A list of best PDF editors to edit PDF files in Ubuntu and other Linux distributions, including their advantages and features.
Link: 5 Scribd Alternatives to Host Your PDF Files
As you probably know, Scribd is a popular document-hosting website, and if someone wanted to share a PDF file online, chances are they would upload it on Scribd. However, its interface and restrictive features, like paywall and required sign-up to download files, have been making a lot of people unhappy. Since Scribd is modifying its business model to become a “Netflix for books,” maybe it’s time to consider some Scribd alternatives. Luckily, there are more than enough to choose from. Some are simple and offer only basic file upload, while others provide a complete PDF hosting and reading experience.
Full article here:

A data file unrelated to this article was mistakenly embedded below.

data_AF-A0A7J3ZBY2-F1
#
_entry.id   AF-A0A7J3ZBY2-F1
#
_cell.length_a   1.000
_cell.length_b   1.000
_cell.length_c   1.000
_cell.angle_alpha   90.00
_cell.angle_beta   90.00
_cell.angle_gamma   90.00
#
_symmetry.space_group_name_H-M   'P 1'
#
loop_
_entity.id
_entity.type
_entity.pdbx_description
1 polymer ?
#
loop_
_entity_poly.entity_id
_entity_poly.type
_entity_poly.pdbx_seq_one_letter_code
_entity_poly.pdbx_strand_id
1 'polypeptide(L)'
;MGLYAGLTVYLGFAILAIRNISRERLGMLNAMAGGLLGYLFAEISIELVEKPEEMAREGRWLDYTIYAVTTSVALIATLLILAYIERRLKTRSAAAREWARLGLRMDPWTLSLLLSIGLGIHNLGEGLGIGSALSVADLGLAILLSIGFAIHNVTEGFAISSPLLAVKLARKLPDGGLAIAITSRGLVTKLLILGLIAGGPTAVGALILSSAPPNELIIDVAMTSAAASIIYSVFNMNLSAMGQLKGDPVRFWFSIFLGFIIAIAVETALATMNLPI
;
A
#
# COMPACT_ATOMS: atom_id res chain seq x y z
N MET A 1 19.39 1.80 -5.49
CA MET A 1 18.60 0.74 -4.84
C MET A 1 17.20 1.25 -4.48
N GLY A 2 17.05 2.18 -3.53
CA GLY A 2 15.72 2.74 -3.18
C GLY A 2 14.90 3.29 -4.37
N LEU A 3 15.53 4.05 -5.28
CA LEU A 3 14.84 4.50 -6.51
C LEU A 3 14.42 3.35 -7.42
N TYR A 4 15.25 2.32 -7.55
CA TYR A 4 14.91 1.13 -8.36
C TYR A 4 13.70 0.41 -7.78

5 Scribd Alternatives to Host Your PDF Files (Make Tech Easier)
Link: 5 Free Tools that Let You Edit PDF Files
Isn’t it really annoying when you have a PDF file that you need to modify or change? Actually going into the PDF and changing it requires a slew of expensive Adobe software that, quite frankly, very few people can legally afford. I am not a proponent of illegally downloading software – especially Adobe’s expensive software – so I have compiled a list of my five favorite tools that let you openly edit PDF files.
Full article here:
5 Free Tools that Let You Edit PDF Files (Make Tech Easier)
Note: Some of the suggestions in the above article are Windows-only. If you run OS X, you could try running one of the Windows-based programs, or use one of the “Universal” solutions in the above-mentioned article. Alternately, here is a somewhat dated article that may offer some additional suggestions, and note that Preview (which comes with all recent versions of OS X) has the ability to edit unprotected PDF files. If you run Linux, you could try PDFEdit or some other editing tool.